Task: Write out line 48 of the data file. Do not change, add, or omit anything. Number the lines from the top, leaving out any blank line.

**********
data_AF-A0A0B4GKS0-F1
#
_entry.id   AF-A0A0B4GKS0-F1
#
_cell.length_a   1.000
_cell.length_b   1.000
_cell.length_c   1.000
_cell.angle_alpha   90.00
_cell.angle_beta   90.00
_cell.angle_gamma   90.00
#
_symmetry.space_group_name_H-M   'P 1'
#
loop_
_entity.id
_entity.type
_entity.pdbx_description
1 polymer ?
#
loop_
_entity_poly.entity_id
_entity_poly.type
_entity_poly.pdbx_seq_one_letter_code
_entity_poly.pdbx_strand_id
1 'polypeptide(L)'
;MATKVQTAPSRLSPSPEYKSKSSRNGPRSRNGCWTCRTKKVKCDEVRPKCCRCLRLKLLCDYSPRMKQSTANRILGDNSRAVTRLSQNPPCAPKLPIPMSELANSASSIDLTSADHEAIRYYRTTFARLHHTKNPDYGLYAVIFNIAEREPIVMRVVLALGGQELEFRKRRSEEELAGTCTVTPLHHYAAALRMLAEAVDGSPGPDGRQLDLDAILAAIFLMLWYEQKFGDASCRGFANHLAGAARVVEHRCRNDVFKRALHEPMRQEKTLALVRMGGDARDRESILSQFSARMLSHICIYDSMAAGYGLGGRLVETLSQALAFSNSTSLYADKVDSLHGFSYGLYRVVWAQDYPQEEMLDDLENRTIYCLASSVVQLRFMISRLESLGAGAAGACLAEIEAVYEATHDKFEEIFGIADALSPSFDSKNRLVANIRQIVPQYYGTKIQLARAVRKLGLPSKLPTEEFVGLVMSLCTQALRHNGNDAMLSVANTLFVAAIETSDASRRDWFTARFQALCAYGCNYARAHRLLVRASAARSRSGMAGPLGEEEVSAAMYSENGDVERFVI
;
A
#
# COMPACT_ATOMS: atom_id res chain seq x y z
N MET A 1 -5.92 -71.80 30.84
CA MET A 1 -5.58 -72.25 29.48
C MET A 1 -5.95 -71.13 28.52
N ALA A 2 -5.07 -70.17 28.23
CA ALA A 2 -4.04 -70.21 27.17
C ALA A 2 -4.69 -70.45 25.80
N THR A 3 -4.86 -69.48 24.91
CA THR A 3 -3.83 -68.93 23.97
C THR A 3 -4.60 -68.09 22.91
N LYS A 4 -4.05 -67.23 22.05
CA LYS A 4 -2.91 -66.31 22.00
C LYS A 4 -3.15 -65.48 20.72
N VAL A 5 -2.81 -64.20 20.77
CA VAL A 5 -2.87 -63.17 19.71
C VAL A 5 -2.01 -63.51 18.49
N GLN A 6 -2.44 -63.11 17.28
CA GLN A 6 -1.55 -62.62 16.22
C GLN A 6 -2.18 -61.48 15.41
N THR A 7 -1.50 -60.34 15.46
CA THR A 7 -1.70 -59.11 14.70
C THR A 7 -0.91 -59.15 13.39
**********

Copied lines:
C GLN A 6 -2.18 -61.48 15.41